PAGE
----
History Spawns Peak Films at Telluride Festival
Being out in the world took on new meaning at the 39th Telluride Film Festival. All of the natural attractions were in place—the perfumed breeze, the azure sky, the scudding clouds, the Rocky Mountains as backdrop to a whirl of urban sophisticates done up as alpine rustics. Still, watching many of this year's films meant being out in the larger world of political strife, seething violence and history's tumult.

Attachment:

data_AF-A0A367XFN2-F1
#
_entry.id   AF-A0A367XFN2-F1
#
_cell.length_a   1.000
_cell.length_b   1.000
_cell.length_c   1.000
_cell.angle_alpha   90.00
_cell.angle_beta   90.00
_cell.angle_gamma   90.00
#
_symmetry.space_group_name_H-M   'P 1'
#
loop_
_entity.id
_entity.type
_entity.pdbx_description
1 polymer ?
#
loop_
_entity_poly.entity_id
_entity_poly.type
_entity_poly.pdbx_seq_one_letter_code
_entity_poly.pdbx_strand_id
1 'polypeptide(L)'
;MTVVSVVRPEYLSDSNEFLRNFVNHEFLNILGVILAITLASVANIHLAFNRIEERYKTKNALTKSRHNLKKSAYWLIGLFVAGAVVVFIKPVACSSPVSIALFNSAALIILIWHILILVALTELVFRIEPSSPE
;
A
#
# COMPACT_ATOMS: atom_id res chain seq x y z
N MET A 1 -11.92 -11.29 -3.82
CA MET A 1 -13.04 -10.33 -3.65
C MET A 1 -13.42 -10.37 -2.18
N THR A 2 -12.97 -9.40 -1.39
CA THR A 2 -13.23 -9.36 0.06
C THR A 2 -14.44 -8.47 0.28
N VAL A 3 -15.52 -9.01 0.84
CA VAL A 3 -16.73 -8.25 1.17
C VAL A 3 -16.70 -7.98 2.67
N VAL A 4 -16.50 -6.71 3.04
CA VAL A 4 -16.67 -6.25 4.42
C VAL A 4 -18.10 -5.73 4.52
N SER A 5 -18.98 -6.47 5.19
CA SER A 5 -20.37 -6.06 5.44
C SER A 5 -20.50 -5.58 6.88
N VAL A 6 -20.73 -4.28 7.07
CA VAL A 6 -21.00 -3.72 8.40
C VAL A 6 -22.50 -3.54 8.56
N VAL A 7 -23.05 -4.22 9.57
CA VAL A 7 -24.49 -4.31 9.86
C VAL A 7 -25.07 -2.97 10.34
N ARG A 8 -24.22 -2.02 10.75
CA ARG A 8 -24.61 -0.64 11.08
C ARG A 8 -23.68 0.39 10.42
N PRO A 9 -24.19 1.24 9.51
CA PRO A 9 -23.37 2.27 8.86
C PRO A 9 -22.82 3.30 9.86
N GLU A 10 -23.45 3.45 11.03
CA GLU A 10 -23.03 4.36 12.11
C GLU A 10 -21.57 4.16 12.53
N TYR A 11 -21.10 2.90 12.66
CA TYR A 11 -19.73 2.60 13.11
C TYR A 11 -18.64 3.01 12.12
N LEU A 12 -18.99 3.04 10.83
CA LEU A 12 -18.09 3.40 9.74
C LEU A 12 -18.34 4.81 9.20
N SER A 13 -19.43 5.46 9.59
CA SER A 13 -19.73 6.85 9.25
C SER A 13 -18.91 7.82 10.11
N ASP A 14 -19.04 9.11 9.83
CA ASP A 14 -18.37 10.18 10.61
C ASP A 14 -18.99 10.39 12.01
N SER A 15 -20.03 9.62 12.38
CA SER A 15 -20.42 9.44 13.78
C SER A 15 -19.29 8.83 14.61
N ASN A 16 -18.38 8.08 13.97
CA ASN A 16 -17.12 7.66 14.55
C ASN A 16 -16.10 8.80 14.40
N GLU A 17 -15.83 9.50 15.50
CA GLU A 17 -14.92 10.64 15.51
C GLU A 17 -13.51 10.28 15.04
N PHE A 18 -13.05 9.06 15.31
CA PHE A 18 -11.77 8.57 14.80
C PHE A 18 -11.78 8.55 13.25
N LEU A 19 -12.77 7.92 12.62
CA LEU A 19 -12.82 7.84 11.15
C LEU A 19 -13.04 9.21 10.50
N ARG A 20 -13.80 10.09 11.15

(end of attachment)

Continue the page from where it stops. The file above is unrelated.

In some cases, the chosen mode was entertainment. "Argo," a terrific Hollywood thriller directed by and starring Ben Affleck, takes place during the Iran hostage crisis that began in the fall of 1979; it's just the kind of smart, accomplished film the studios should be making, and seldom do. In "No," Pablo Larraín's sensational fact-based political drama from Chile, Gael García Bernal plays an outwardly callow ad executive who's determined to drive the Pinochet dictatorship from office. (His genial insight, which the movie explores with a playful sense of paradox, is that democracy can be packaged like any other consumer product.) "Hyde Park on Hudson" has Bill Murray as a buoyant FDR on the eve of World War II, and Laura Linney as one of the women who loves him....
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